“A vision is a clearly-articulated, results-oriented picture of a future you intend to create.
It is a dream with direction.”
I had the privilege of hearing the vision of Minister Andrew Holness on educational transformation.
He shared the challenges and the vision to drive us to a new reality.
In part 1, we shared the challenges to the system.
We will now share the details of the vision.
it is a three prong vision comprising :
- Parenting accountability
- Teaching performance acceleration
- School infrastructure investment.
Talk to any primary school teacher, and their number one lament is the state of
the behavior of the students. My reading on childhood development shares that
if the mental ability of self control is not developed by age 3, the chances of this
happening is severely diminished. The minister shared that parenting will be defined within terms
of the public good. The current practice is one where most of the responsibility of parenting is passed to grandparents.
The national debate has been engaged on this issue by none other than the prime Minister in a recent address to educators. Read his comments carefully.
Prime Minister Bruce Golding says democracy does not apply to the rearing of children.
He said, “As committed as I am to democracy, there is no democracy in bringing up children. There are rules that have to be laid down; there is a certain standard of behaviour that must be demanded and when it is not forthcoming, it must be sanctioned.”
This is heavy stuff folks. What should be the the right balance and methods used by the government to influence the family unit for its betterment?
The next component is focused on the leaders of the classrooms. Teachers are the catalyst that inspire wisdom, skills, and knowledge to the students. The platform of excellence need to be raised and made uniform through the system.
The profession of teaching has been one where the reward of the student success exceeded the monetary rewards. Performance incentives are on the table to drive results beyond the ordinary.
The final leg of the stool is investing in new school infrastructure. The demographics demand the building of 200 new schools, with 45 new high schools.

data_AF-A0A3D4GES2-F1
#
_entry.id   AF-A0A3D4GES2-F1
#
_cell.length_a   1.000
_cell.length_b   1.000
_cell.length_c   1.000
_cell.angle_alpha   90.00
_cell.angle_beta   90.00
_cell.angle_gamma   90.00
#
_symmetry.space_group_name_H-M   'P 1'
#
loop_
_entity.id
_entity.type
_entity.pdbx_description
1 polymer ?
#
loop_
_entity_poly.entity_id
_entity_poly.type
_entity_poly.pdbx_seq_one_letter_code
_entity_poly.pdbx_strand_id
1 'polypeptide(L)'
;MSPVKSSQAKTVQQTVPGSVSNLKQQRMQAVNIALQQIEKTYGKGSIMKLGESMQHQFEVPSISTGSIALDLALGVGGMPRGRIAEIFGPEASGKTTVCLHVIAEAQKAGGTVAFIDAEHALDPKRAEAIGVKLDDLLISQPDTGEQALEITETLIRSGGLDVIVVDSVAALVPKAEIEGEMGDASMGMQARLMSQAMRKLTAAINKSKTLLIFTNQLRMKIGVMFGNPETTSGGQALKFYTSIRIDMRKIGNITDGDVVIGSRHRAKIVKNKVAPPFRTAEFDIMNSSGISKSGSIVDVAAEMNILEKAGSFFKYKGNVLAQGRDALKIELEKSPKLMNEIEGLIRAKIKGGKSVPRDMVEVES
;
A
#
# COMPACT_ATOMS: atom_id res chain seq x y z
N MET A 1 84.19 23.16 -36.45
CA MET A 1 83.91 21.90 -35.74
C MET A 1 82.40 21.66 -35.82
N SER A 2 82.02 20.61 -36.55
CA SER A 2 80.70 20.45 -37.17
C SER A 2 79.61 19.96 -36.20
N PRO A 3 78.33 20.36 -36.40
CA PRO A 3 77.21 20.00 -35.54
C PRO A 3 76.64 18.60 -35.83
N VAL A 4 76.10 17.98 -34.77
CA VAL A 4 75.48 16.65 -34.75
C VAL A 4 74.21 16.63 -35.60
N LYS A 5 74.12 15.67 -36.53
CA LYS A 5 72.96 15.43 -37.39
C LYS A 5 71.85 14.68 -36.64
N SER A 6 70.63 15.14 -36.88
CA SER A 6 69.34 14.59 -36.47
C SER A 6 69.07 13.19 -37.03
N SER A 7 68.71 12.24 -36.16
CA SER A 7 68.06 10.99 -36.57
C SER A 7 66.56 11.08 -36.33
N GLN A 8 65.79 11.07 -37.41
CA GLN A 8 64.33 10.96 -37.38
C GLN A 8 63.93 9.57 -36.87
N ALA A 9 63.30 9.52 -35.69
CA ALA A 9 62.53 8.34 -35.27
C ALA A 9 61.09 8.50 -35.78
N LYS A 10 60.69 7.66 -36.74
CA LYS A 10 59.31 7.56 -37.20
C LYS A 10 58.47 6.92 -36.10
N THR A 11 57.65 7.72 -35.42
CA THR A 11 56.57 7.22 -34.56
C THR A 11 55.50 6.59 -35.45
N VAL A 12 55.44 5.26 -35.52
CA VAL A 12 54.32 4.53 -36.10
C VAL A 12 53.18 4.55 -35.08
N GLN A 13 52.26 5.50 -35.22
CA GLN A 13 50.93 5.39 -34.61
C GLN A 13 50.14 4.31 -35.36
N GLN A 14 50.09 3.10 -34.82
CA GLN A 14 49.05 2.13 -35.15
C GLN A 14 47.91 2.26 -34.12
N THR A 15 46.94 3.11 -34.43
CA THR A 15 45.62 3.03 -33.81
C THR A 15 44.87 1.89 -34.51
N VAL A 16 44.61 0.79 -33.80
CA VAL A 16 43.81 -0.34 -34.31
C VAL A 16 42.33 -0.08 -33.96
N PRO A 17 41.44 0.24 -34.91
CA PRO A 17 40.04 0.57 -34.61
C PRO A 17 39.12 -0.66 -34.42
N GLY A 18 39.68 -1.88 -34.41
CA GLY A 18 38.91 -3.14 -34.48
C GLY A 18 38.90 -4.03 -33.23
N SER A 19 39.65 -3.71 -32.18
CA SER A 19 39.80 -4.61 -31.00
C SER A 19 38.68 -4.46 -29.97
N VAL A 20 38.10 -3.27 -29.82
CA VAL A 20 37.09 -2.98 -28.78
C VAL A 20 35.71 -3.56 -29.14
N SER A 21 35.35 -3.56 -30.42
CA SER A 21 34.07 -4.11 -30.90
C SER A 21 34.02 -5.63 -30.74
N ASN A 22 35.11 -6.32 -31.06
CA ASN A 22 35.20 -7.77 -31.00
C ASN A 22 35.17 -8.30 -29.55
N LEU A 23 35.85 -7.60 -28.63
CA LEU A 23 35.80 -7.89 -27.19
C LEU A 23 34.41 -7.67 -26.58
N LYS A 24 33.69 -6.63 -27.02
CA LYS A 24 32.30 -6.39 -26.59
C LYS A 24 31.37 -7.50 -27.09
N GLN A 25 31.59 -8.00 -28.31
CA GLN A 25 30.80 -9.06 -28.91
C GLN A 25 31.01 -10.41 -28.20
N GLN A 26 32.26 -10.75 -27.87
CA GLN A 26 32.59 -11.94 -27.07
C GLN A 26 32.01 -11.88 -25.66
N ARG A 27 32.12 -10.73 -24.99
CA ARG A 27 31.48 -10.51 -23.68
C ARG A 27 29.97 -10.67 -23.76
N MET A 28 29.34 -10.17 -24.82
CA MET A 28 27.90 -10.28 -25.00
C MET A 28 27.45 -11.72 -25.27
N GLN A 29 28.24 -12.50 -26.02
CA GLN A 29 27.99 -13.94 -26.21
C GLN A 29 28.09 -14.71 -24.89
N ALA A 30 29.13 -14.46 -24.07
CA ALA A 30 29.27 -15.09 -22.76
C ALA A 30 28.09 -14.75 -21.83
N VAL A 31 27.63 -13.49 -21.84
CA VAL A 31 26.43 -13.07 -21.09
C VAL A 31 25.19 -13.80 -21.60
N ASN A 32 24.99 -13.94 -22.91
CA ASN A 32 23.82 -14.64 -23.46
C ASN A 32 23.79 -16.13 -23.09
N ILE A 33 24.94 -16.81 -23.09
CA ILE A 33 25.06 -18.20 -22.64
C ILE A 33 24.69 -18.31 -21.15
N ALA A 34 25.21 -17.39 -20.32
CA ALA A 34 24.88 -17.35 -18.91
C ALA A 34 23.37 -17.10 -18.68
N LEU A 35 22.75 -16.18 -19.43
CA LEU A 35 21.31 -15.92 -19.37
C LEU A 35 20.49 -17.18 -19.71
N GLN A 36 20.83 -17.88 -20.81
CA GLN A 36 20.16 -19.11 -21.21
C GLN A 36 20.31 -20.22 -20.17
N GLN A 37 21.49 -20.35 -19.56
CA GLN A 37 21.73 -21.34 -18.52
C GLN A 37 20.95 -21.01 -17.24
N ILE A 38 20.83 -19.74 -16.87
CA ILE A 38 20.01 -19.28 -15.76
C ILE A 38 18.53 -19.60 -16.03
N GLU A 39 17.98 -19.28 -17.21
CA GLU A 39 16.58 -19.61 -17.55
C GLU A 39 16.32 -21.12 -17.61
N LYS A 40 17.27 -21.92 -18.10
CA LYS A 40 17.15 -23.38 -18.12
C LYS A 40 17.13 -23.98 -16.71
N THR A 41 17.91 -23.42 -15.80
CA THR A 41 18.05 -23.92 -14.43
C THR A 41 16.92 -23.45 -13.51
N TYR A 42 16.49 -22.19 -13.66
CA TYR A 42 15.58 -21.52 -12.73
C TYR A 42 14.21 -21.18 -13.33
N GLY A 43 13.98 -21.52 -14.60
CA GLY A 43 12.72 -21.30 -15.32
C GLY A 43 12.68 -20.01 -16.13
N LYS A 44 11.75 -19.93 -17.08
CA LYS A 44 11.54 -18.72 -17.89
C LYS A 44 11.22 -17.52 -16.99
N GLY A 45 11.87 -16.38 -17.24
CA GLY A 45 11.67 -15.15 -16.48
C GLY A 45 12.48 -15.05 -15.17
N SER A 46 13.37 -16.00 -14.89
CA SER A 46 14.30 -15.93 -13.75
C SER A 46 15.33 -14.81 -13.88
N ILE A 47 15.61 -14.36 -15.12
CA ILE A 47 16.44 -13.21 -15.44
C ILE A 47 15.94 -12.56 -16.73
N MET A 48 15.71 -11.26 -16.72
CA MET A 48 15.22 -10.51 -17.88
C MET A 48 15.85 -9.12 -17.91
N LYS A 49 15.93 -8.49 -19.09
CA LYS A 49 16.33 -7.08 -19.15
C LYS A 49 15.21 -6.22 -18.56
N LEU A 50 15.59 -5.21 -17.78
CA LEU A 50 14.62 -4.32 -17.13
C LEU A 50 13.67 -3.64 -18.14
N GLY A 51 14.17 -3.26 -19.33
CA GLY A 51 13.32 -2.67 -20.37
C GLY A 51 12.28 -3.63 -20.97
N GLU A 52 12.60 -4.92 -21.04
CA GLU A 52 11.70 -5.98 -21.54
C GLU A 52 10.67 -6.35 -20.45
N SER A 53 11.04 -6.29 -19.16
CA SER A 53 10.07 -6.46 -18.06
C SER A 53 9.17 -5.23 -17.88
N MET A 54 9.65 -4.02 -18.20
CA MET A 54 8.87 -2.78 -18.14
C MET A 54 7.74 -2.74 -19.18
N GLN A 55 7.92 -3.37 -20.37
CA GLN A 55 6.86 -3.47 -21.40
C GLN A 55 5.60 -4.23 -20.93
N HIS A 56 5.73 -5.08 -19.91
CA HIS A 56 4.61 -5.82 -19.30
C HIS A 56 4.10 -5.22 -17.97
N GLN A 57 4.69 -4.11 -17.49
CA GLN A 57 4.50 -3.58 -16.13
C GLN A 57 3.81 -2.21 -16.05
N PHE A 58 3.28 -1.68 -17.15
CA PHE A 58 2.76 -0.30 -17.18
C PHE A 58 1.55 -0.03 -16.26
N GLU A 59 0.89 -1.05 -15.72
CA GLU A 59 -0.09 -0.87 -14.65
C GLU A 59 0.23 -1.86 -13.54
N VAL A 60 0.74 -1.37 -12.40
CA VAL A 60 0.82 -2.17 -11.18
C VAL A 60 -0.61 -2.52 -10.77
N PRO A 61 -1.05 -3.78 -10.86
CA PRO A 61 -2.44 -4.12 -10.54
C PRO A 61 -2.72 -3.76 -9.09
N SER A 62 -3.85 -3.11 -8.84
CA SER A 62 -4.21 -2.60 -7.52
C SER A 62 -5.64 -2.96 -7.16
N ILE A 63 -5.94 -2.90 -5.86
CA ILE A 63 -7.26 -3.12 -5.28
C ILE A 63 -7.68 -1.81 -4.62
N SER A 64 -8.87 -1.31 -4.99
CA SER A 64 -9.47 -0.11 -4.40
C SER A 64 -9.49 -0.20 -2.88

The approach being considered is cutting edge in its approach. A private/public partnership is being considered. The government would enter into contract with a private company that would be the primary owner of the facility. The establishment of a national educational trust fund to resource this system is being formulated.
A diaspora bond successfully used in Israel and India to fund great achievements in these countries is the instrument being developed. The launch date is slated for the end of 2009.
This is out of the box thinking as other private investors is looking for skin in the game from the diaspora to combine efforts to propel Jamaica in the 21 st. century.
Minister Holness has engineered a bold game plan that has all the right engines to power the development of our human futures.
I readily support the fundamentals of this plan.
There are two concerns I have in giving unquestioned support. They are:
1) How will he and his team get buy in from the current system that is elitist in nature ?
2) How will his team manage the parenting issue without overly intrusive government intervention?
Will marriage be encouraged and strengthen?
What role will the institution of the church play in buttressing the education transformation?
Minister Holness has a keen grasp of the scope and depth of his charter. He also knows that building the
equity of public trust is key.
I now understand why he spent much minutes talking about corruption.
He declared that corruption will find no refuge in this government. The rooting out of this cancer in
the police force is evidence of a determination to ensure a transparency that will serve us well in the wider community. I have much confidence in this transforming direction! .